By Amy Zellmer, Editor-in-chief
Contact. It seems so simple, yet it’s so critical to our daily lives.
Even introverts and people with agoraphobia still need contact whether in-person, over the phone, or on a Zoom call.
Those of us living with brain injury have long been experts at self-isolation; however, it’s always been on our terms. We have been able to choose when and where we go out in public. At the beginning of the pandemic, we didn’t have a choice — we were told to stay home.
Now that we are almost an entire year into the chaos of a historic pandemic, many of us are craving contact — particularly in-person, face-to-face contact. But it’s hard: we still have to be safe and respect the safety of others who are immunocompromised (including me as I help care for my mom, who is going through chemo).
Contact. It’s something we’ve always taken for granted. When we needed it, we could seek out others to fill that void.
We’ve had to get creative. I’ve done more Zoom calls this past year than I did in the previous five years. But you know what? I’ve had some of the most meaningful conversations and built new friendships.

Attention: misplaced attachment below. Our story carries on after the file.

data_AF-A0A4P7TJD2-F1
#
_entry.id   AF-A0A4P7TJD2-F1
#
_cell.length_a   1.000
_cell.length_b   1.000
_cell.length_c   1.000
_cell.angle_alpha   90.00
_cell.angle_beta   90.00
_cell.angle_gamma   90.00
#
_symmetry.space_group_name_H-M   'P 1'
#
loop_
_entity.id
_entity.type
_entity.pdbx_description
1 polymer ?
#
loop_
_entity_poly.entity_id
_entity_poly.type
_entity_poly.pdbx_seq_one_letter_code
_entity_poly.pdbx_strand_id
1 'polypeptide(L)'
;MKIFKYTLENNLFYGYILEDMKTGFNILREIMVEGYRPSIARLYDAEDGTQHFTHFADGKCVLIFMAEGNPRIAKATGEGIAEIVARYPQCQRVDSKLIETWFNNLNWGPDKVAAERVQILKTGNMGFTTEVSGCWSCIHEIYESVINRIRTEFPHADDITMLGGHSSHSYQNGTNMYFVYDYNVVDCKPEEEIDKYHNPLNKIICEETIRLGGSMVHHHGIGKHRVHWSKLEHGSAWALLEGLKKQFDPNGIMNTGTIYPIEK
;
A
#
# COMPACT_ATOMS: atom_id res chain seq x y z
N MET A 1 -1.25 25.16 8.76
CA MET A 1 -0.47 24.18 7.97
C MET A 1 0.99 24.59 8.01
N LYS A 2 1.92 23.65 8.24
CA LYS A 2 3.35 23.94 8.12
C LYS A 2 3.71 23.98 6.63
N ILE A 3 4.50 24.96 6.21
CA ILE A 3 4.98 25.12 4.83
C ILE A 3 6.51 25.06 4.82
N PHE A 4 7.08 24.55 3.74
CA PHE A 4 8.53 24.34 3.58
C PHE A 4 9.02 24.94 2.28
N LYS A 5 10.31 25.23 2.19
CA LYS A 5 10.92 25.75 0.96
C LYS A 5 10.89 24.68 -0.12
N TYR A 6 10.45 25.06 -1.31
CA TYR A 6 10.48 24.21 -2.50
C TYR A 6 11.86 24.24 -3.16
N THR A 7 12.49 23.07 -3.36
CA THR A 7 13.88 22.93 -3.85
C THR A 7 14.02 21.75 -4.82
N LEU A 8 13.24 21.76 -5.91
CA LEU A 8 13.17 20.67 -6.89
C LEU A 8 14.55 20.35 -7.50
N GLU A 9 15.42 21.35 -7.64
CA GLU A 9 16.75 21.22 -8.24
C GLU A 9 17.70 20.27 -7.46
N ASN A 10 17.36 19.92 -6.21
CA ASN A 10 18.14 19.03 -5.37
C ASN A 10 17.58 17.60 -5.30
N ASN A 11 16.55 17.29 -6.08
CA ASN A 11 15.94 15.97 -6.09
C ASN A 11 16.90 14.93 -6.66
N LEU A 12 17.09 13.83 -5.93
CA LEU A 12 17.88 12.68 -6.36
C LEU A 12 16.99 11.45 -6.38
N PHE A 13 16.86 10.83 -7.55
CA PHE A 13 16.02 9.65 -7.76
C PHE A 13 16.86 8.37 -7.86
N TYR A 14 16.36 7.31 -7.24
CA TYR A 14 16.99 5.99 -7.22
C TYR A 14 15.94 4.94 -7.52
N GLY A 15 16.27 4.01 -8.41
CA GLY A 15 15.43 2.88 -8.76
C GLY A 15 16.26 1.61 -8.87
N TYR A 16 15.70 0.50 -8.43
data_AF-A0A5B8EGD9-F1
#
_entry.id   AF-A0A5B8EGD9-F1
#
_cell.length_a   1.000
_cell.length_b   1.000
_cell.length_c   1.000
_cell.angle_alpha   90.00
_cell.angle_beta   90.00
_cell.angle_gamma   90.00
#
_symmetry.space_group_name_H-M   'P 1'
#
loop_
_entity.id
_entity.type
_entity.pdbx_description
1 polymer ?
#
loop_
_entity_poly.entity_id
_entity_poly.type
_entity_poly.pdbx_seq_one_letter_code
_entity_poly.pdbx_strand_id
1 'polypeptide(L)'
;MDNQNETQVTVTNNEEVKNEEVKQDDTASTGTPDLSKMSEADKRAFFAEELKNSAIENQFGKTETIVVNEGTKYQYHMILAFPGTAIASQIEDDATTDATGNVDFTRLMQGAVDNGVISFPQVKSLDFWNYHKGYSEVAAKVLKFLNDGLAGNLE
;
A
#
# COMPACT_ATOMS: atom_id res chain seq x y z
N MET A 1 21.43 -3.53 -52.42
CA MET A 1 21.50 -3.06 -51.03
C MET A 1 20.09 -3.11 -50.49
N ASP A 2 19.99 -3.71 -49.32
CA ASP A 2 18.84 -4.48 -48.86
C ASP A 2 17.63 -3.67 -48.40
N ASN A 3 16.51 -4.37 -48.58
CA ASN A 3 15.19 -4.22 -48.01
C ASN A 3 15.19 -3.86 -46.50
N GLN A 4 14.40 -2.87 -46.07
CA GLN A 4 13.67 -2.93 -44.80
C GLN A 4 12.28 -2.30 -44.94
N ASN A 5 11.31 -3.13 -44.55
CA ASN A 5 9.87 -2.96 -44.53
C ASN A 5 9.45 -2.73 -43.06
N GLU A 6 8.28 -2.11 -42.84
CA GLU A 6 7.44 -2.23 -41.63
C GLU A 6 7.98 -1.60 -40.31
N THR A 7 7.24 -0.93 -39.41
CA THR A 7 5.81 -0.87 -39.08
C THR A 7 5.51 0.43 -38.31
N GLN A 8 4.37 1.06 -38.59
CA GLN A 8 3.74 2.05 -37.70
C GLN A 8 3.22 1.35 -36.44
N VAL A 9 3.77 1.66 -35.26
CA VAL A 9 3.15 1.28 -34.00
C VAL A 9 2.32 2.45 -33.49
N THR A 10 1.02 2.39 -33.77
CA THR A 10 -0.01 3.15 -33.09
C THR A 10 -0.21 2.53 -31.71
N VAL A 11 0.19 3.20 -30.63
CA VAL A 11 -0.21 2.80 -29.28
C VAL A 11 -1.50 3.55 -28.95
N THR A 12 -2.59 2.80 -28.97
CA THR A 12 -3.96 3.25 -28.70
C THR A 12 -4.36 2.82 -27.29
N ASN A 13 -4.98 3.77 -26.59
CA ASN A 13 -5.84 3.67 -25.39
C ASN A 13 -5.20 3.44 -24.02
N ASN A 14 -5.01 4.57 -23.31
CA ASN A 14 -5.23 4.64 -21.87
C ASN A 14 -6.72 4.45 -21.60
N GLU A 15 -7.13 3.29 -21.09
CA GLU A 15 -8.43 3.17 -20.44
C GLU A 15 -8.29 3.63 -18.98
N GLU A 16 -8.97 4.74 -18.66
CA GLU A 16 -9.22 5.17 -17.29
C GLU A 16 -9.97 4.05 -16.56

The silver lining of the pandemic is that it has allowed us to slow down a notch, to self-reflect and figure out what (and who) is really important to us. We’ve been given the chance to filter out what is no longer serving us, and really focus on that circle of people who “get” us and are there for us.
Moral of the story: When life throws you a curveball, it may sting a bit at first. But we are human and we have incredible coping and adapting capabilities. It’s only natural to crave human contact and interaction with others. If you feel isolation, anxiety, or panic setting in, reach out to a loved one or schedule a Zoom meetup with some friends.
Or better yet — join me and hundreds of other survivors for a Zoom virtual brain injury awareness day on March 16th. www.facesoftbi.com/event